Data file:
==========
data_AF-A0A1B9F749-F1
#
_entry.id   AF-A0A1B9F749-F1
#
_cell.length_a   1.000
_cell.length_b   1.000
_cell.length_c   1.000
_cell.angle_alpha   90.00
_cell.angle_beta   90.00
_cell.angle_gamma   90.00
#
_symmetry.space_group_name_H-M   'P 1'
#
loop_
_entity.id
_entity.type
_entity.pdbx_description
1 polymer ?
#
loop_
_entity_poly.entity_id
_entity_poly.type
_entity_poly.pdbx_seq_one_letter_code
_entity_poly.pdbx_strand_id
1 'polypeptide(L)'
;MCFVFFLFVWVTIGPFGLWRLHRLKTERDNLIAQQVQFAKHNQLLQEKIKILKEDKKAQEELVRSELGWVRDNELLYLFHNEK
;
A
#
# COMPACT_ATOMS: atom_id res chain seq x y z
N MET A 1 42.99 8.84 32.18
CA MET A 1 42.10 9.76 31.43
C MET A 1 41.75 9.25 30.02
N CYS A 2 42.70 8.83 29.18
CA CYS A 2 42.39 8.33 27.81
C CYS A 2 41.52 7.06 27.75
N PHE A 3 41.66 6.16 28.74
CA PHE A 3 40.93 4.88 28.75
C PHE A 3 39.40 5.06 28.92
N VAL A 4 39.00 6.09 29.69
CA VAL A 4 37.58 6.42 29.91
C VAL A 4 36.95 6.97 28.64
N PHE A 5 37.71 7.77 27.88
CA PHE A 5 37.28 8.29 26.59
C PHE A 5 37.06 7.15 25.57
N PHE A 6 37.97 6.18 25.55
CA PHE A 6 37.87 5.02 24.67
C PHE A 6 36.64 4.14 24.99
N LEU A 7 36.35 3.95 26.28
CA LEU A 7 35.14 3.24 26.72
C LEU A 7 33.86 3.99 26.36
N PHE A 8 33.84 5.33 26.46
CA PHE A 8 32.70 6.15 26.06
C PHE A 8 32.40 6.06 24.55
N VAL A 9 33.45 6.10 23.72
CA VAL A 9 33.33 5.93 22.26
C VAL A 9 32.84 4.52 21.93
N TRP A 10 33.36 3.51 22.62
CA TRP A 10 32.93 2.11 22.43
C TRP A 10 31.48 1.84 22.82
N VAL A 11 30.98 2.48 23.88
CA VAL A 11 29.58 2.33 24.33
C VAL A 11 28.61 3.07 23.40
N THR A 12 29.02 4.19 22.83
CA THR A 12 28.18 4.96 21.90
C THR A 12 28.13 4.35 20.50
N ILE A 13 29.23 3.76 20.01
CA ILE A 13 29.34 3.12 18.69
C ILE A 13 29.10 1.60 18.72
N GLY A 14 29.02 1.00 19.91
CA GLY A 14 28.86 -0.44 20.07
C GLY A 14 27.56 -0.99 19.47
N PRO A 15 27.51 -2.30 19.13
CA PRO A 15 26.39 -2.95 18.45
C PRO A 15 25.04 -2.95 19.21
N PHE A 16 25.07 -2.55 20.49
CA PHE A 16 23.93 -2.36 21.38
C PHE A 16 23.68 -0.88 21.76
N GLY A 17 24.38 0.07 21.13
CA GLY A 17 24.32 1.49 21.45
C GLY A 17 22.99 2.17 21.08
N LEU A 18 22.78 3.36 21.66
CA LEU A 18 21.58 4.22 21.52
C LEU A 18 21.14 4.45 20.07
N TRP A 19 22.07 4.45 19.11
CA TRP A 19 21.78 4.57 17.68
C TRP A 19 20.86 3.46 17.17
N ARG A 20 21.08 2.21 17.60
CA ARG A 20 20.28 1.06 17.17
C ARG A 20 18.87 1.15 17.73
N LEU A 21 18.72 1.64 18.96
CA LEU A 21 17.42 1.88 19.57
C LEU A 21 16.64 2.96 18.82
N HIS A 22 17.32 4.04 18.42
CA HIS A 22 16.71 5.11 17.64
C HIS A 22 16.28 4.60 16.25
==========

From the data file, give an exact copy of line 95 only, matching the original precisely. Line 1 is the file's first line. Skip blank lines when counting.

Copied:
CA HIS A 22 16.71 5.11 17.64